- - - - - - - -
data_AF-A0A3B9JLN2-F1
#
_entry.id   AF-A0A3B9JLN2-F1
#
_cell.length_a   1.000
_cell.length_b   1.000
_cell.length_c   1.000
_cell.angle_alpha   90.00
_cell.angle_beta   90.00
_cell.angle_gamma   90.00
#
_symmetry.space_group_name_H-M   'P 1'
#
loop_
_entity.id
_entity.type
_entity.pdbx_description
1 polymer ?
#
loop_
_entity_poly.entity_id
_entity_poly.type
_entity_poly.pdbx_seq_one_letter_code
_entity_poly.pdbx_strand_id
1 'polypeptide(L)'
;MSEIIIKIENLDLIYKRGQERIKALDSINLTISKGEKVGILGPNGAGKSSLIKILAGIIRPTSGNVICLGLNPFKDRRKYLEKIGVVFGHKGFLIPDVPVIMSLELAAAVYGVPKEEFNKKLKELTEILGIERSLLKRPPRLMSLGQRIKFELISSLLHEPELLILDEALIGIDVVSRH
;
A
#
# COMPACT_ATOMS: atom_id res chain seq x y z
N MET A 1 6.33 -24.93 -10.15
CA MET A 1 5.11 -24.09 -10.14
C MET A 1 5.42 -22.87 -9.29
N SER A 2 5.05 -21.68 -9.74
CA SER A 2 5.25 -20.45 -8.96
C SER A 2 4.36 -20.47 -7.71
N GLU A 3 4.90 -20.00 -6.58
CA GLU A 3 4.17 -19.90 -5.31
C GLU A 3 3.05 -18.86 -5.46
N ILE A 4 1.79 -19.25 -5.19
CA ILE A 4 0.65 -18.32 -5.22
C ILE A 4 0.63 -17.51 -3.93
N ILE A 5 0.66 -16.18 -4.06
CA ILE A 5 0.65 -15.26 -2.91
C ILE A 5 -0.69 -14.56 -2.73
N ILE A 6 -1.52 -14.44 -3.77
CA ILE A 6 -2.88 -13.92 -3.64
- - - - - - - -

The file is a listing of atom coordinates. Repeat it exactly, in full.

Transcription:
data_AF-A0A3B9JLN2-F1
#
_entry.id   AF-A0A3B9JLN2-F1
#
_cell.length_a   1.000
_cell.length_b   1.000
_cell.length_c   1.000
_cell.angle_alpha   90.00
_cell.angle_beta   90.00
_cell.angle_gamma   90.00
#
_symmetry.space_group_name_H-M   'P 1'
#
loop_
_entity.id
_entity.type
_entity.pdbx_description
1 polymer ?
#
loop_
_entity_poly.entity_id
_entity_poly.type
_entity_poly.pdbx_seq_one_letter_code
_entity_poly.pdbx_strand_id
1 'polypeptide(L)'
;MSEIIIKIENLDLIYKRGQERIKALDSINLTISKGEKVGILGPNGAGKSSLIKILAGIIRPTSGNVICLGLNPFKDRRKYLEKIGVVFGHKGFLIPDVPVIMSLELAAAVYGVPKEEFNKKLKELTEILGIERSLLKRPPRLMSLGQRIKFELISSLLHEPELLILDEALIGIDVVSRH
;
A
#
# COMPACT_ATOMS: atom_id res chain seq x y z
N MET A 1 6.33 -24.93 -10.15
CA MET A 1 5.11 -24.09 -10.14
C MET A 1 5.42 -22.87 -9.29
N SER A 2 5.05 -21.68 -9.74
CA SER A 2 5.25 -20.45 -8.96
C SER A 2 4.36 -20.47 -7.71
N GLU A 3 4.90 -20.00 -6.58
CA GLU A 3 4.17 -19.90 -5.31
C GLU A 3 3.05 -18.86 -5.46
N ILE A 4 1.79 -19.25 -5.19
CA ILE A 4 0.65 -18.32 -5.22
C ILE A 4 0.63 -17.51 -3.93
N ILE A 5 0.66 -16.18 -4.06
CA ILE A 5 0.65 -15.26 -2.91
C ILE A 5 -0.69 -14.56 -2.73
N ILE A 6 -1.52 -14.44 -3.77
CA ILE A 6 -2.88 -13.92 -3.64